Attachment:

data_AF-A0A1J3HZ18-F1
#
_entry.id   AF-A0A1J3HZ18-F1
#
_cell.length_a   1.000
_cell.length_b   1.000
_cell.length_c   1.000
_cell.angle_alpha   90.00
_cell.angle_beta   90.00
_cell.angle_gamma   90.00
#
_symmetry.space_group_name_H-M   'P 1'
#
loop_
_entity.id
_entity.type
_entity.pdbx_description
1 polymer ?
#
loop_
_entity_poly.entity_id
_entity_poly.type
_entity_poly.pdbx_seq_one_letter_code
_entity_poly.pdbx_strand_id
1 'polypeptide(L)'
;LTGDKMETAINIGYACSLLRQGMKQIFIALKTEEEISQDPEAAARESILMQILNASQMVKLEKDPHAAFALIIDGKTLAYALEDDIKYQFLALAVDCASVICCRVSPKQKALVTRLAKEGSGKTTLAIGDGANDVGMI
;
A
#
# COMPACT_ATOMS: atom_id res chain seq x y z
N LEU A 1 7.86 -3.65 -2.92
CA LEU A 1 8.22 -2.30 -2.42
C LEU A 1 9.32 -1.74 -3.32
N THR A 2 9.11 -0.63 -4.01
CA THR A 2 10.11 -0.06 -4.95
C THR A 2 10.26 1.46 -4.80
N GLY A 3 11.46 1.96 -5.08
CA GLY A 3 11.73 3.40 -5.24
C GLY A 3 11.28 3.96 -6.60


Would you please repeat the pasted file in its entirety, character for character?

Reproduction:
data_AF-A0A1J3HZ18-F1
#
_entry.id   AF-A0A1J3HZ18-F1
#
_cell.length_a   1.000
_cell.length_b   1.000
_cell.length_c   1.000
_cell.angle_alpha   90.00
_cell.angle_beta   90.00
_cell.angle_gamma   90.00
#
_symmetry.space_group_name_H-M   'P 1'
#
loop_
_entity.id
_entity.type
_entity.pdbx_description
1 polymer ?
#
loop_
_entity_poly.entity_id
_entity_poly.type
_entity_poly.pdbx_seq_one_letter_code
_entity_poly.pdbx_strand_id
1 'polypeptide(L)'
;LTGDKMETAINIGYACSLLRQGMKQIFIALKTEEEISQDPEAAARESILMQILNASQMVKLEKDPHAAFALIIDGKTLAYALEDDIKYQFLALAVDCASVICCRVSPKQKALVTRLAKEGSGKTTLAIGDGANDVGMI
;
A
#
# COMPACT_ATOMS: atom_id res chain seq x y z
N LEU A 1 7.86 -3.65 -2.92
CA LEU A 1 8.22 -2.30 -2.42
C LEU A 1 9.32 -1.74 -3.32
N THR A 2 9.11 -0.63 -4.01
CA THR A 2 10.11 -0.06 -4.95
C THR A 2 10.26 1.46 -4.80
N GLY A 3 11.46 1.96 -5.08
CA GLY A 3 11.73 3.40 -5.24
C GLY A 3 11.28 3.96 -6.60